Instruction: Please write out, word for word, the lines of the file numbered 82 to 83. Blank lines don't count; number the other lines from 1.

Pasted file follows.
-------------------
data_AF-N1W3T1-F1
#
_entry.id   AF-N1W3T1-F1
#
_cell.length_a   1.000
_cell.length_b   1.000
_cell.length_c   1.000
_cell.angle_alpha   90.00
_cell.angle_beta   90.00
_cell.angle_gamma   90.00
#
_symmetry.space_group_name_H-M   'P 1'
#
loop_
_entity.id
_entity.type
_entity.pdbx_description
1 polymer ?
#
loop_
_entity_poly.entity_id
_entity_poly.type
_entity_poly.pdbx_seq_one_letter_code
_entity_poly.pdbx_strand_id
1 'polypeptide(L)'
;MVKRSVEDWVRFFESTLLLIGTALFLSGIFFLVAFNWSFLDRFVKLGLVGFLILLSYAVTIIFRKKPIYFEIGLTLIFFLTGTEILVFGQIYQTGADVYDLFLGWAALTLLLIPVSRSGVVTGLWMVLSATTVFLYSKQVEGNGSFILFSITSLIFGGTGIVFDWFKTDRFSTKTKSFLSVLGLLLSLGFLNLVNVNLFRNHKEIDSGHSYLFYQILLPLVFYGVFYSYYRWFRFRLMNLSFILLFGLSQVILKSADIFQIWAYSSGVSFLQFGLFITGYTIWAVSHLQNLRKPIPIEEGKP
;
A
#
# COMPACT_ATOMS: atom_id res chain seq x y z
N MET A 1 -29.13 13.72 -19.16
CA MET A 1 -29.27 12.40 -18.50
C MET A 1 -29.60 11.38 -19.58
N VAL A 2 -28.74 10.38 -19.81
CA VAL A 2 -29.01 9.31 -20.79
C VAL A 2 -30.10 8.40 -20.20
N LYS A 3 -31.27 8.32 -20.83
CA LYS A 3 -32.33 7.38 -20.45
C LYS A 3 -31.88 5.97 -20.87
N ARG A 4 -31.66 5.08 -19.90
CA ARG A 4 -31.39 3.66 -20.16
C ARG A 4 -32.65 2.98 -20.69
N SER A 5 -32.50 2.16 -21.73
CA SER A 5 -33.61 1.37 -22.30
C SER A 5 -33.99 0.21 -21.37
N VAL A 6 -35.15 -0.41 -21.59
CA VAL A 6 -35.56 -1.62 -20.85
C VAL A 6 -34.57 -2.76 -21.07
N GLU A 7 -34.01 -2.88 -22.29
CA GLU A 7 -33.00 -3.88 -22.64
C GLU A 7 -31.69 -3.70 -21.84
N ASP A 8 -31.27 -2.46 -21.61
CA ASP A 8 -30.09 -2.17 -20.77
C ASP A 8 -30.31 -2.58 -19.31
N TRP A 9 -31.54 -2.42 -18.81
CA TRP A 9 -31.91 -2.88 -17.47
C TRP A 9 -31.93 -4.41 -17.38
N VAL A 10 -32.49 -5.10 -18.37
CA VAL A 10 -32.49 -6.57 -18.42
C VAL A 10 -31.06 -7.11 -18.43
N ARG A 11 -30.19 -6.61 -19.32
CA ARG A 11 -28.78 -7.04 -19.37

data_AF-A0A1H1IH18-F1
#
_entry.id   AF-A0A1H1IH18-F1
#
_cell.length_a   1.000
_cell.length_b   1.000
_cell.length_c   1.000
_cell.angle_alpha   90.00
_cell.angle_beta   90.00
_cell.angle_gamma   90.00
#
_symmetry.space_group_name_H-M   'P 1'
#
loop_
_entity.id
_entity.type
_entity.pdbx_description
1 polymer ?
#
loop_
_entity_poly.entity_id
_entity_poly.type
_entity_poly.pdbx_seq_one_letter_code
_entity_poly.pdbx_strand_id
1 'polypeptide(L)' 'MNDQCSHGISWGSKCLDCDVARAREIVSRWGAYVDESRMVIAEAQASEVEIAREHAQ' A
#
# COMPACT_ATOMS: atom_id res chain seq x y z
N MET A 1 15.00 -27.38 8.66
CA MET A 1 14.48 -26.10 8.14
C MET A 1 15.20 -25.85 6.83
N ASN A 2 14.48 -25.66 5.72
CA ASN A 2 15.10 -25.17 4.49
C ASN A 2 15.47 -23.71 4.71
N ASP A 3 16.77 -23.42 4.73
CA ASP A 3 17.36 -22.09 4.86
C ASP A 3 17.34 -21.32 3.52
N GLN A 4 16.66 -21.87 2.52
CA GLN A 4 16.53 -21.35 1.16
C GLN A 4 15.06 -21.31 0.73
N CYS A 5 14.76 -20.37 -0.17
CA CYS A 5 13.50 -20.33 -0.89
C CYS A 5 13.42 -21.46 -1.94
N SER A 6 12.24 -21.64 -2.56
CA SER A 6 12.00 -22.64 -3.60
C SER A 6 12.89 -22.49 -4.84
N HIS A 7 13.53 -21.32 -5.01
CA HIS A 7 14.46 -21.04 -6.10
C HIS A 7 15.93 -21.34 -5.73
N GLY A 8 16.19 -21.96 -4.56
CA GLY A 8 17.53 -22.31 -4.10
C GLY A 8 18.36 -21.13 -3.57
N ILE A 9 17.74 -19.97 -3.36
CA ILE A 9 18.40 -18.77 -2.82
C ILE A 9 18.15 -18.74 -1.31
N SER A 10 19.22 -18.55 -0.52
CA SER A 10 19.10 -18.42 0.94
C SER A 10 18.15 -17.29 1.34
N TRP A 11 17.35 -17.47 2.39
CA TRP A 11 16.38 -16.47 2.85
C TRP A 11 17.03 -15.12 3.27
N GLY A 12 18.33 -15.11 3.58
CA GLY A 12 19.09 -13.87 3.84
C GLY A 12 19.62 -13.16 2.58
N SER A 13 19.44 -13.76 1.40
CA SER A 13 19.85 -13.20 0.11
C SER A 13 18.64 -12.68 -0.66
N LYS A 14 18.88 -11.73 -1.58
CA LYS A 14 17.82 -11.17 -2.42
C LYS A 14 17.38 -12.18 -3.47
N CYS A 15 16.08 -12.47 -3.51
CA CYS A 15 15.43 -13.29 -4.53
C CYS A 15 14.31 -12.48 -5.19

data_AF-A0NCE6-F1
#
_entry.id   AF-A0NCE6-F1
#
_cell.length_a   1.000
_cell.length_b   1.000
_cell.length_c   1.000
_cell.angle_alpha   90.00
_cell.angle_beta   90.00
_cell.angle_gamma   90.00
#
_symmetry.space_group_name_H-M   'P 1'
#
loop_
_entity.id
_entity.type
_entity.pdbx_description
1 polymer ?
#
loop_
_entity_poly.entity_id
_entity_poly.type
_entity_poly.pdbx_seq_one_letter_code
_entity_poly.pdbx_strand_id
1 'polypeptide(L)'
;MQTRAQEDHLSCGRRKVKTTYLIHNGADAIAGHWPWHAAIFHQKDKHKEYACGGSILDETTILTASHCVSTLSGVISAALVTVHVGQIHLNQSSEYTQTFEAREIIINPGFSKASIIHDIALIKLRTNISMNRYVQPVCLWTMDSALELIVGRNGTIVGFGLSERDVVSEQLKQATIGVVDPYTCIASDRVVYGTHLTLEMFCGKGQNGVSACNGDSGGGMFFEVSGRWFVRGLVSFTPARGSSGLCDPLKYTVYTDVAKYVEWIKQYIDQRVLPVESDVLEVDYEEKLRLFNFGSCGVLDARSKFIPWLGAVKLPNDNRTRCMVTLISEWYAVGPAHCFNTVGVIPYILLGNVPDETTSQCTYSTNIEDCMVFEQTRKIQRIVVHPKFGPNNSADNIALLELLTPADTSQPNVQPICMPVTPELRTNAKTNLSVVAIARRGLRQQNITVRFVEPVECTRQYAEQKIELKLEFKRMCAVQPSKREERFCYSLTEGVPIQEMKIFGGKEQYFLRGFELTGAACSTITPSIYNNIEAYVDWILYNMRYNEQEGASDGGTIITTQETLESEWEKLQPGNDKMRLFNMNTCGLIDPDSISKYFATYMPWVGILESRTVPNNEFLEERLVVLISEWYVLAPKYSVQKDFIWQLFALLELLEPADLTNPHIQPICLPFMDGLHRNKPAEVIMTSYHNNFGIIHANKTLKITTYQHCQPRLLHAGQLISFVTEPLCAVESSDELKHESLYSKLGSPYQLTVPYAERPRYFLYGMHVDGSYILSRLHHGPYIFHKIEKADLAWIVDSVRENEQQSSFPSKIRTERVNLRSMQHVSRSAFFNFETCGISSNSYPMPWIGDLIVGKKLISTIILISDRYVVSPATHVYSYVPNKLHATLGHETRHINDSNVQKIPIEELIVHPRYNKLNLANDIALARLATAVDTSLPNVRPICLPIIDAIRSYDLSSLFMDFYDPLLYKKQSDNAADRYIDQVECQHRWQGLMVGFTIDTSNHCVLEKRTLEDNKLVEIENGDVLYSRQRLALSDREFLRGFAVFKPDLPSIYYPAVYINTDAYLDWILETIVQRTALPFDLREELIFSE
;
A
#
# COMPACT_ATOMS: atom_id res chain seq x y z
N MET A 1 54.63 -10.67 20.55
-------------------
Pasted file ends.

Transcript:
loop_
_entity_poly.entity_id